The swartlandtolbos, Afrikaans common name of Leucadendron corymbosum, is a giveaway as to the plant’s distribution area. The Swartland lies in the Western Cape from about 50 km north of Cape Town to Piketberg on the undulating plains to the west of the mountains. The name dates from Jan van Riebeeck’s time, who coined the name “Het Zwarte Land”, referring to the predominant shrub of Elytropappus rhinocerotis or renosterbos.
This sandy soil area is so intensively farmed today, an important wheat producing region, as well as vineyards where water is available, that indigenous vegetation has been largely eradicated. Close to the mountains in the east, like at the Elandsberg where this plant was photographed, small pockets of treasured plant diversity have become popular and diligently conserved.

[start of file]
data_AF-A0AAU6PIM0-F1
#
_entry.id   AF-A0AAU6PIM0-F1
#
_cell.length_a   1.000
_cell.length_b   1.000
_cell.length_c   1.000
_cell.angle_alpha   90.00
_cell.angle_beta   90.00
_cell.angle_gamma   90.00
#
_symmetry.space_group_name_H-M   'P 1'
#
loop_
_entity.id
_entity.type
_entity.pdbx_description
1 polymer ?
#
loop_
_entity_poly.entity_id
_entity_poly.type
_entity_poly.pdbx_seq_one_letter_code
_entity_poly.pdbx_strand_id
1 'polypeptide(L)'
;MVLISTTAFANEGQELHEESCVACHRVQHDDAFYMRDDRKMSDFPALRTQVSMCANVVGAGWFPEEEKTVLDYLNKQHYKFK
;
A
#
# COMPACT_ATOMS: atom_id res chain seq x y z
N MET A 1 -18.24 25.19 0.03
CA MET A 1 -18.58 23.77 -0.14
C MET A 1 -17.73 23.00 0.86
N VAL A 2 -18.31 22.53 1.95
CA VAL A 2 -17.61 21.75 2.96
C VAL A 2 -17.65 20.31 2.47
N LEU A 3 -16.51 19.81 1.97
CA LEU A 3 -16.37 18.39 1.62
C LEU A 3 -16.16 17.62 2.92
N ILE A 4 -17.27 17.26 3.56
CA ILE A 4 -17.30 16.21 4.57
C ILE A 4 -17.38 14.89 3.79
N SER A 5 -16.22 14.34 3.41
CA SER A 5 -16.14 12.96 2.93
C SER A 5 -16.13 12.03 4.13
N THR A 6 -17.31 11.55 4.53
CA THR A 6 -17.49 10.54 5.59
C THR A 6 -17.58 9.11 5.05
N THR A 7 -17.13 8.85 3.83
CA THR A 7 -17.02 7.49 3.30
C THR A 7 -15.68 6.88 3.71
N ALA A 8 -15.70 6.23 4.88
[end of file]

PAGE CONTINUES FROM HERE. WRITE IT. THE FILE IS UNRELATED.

The swartlandtolbos also grows across the mountain range from Tulbagh to Worcester. Where farming land remains fallow for long, this is one of the plants that tends to regain some presence, provided that seeds are still available on the land (Bond and Goldblatt, 1984; Wikipedia; http://redlist.sanbi.org).